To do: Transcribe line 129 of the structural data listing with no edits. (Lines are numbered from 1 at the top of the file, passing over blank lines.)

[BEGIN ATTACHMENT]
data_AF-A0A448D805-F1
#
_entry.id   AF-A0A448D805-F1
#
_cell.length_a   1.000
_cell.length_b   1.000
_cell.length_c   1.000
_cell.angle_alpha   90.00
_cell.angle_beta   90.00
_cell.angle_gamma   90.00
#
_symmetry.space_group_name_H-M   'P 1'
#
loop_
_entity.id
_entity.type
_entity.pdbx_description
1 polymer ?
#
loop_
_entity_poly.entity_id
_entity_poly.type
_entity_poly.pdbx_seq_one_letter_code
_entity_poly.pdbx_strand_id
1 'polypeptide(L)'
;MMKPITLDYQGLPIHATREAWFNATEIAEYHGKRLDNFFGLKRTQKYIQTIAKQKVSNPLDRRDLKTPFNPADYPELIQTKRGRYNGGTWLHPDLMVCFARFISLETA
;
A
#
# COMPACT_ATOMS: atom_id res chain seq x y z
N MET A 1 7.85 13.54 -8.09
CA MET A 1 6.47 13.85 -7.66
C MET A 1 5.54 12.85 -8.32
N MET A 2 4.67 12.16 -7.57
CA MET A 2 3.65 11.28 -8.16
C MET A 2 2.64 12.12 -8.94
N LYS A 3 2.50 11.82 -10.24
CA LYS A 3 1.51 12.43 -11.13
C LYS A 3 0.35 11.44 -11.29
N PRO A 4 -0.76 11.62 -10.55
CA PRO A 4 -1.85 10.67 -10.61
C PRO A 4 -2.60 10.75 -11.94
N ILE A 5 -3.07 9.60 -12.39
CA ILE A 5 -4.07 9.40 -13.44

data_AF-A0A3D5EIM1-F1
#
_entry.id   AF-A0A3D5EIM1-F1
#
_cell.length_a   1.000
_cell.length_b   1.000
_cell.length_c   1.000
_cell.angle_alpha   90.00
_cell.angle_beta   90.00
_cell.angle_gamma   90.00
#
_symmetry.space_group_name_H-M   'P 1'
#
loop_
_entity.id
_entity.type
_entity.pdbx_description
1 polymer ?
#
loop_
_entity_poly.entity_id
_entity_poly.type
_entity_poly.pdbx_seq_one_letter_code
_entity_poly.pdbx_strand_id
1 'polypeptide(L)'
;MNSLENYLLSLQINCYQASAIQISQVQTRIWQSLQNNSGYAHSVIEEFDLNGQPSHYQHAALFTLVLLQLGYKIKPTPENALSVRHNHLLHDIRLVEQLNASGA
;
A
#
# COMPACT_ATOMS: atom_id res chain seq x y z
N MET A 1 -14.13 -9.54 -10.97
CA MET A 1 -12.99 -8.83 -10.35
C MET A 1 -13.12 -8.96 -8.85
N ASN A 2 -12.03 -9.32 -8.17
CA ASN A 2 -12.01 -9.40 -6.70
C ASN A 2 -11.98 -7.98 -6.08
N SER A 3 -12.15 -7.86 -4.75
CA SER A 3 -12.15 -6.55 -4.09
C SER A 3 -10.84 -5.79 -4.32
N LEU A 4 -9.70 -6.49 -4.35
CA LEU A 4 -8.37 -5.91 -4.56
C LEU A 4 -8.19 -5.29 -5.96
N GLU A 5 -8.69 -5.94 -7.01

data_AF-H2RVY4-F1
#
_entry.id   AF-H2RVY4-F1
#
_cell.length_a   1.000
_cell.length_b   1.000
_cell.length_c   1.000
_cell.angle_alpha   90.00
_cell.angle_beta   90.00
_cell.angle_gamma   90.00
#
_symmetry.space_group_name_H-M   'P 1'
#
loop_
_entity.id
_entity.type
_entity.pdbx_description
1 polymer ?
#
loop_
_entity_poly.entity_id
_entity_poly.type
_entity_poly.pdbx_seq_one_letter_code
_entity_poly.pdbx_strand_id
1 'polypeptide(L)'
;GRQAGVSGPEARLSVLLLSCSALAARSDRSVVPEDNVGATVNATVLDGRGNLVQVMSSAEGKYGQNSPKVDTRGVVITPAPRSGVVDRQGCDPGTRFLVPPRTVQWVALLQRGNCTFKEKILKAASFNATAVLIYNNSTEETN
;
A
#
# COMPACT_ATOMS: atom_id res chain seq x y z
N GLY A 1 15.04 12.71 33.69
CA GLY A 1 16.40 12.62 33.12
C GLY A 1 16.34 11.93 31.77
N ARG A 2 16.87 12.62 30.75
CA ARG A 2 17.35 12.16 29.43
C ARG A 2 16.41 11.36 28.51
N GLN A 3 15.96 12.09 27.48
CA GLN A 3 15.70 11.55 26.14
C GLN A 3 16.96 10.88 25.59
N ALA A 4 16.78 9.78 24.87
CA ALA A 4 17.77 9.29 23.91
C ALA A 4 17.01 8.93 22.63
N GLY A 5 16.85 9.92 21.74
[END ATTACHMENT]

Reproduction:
C ALA A 4 17.01 8.93 22.63